Editors Errol Parker (left) and Clancy Overell. Picture: Paramount+

ECLECTIC. That is the word that best sums up the crowd that attended the world premiere of the Betoota Advocate’s new Betoota Advocate Presents series at the Ritz Cinema in Sydney on Tuesday night.

It was a convergence of groups that would not otherwise converge — artists, rugby league players, influencers, TV personas, journalists, rural Queenslanders. To emphasise this, two names of particular note were spotted during the pre-screening drinks: iconic Australian presenter Ray Martin and former NRL star Willie Mason. Who else, if not the Betoota Advocate, would get those two in the same room? So diverse were the attendees, that a source of entertainment for the evening was to guess who had pulled their outfit from the wardrobe on the day, and who had gone to an Eastern Suburbs op-shop that afternoon to meet the dress code. On the invite, it was stipulated guests would turn up in ‘Outback Glam’.

Despite the variance in authenticity of people’s outfits, the essential fact remains: Betoota Advocate, the self-proclaimed oldest and most beloved newspaper in Australia, has created a four part documentary series which sheds light onto some of Australia’s most iconic, yet under-reported stories. 

Non-essential fact: The Ritz Cinema in Randwick offers the following membership deal: for an upfront cost of $22 you get $16 tickets for the rest of the year, plus a $1 ticket to use at a moment of your choosing. The standard adult ticket price is $24 (or $12 on Tuesdays). For those that buy in, the purchase of the membership deal comes with a sense of vindication against something, someone. Surely someone, somewhere, is laughing at the fact the alternative is even considered? Alas, what I’m getting at is the irony of the deal makes the Ritz a venue fitting of the premiere.*

But I digress. As a serious chronicler of culture whose job it is to describe the unique characteristics of a setting in great detail, I should also mention that in the men’s bathroom at the Ritz, there is a small plaque above the urinal that reads:




The plaque appears beneath pages from the script of Frances Ha, a 2012 black and white comedy, featuring Greta Gerwig and Adam Driver, which features a line of dialogue: “Yeah, Classy. Patch is the kind of dude who says, “I gotta take a leak”.†

Australia’s “oldest and most beloved newspaper”. Picture: Paramount+

Ray Martin’s attendance was made clearer as he hosted a brief interview before the screening, notably opening with: “I used to be Ray Martin,” before introducing the editors of the Advocate as “Clancy and… the other guy.”††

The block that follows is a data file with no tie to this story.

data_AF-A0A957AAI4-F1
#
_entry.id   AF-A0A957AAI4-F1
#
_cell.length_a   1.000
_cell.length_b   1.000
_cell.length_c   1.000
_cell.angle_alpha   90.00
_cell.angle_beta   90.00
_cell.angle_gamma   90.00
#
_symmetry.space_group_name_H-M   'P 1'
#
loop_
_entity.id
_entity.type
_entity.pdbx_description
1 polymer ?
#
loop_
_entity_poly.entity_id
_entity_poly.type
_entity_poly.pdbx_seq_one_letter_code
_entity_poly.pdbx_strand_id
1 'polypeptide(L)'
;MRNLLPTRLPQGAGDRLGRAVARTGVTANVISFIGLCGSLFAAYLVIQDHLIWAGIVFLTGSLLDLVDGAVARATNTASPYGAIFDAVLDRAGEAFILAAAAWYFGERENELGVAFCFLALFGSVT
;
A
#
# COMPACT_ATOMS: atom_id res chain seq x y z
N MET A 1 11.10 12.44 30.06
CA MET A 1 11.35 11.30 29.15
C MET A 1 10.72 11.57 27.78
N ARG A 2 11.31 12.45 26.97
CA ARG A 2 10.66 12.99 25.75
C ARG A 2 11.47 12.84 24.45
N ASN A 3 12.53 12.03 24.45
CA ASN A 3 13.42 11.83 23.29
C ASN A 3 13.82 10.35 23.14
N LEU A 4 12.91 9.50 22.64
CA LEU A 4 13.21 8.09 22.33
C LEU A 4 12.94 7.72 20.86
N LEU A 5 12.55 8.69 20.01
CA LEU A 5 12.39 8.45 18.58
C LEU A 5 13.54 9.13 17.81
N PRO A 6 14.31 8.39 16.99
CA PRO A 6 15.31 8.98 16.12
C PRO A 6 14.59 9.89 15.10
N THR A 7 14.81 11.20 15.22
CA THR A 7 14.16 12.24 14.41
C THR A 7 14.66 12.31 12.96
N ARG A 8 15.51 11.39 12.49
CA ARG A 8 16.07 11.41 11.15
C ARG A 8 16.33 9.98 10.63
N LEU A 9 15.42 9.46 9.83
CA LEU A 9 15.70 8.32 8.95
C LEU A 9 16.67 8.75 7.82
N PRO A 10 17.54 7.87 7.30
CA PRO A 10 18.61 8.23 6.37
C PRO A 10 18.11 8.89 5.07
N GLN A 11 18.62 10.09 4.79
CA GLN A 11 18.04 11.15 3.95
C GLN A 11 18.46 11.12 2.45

This interview contained no shortage of highlights. One of them being Errol’s own description of the series. “It’s Four Corners but with integrity,” said the editor. This was followed by his minute-long impression of Bob Katter, complete with high pitch, a lisp, and that backhanded laughter that always feels on the verge of spontaneous outburst. 

‘An episode called ‘The Fine Cotton Affair’ was screened on the night. An informative deep dive into the corruption, chaos and candour of 1980s Queensland political landscape exposed through a few tins of paint and a ring-in race horse, it contained that classic Betoota wit that smacks you between the eyes with the removal of all superfluous detail. Pure objective journalism as the vessel for satire, or visa versa, the relationship is never quite clear. 

But if you’re a Betoota subscriber, you’ll be well aware that is the point. 

As with the Advocate’s articles, here, it’s the docuseries’s characters that provide moments of rapturous glee. A clear highlight for those in attendance (and those streaming from home) was the story of Wendy Smith – the strapper of the horse Bold Personality, who was dyed with hair colouring and given peroxide socks in order to appear like the horse it was replacing (Fine Cotton). The makeover was executed by Smith in order to take advantage of the odds – her involvement with key underground figures could be traced to her desire for a free dinner from a potential romantic interest. “We all get hungry,” she remarked, a glint of larrikinism in both eyes.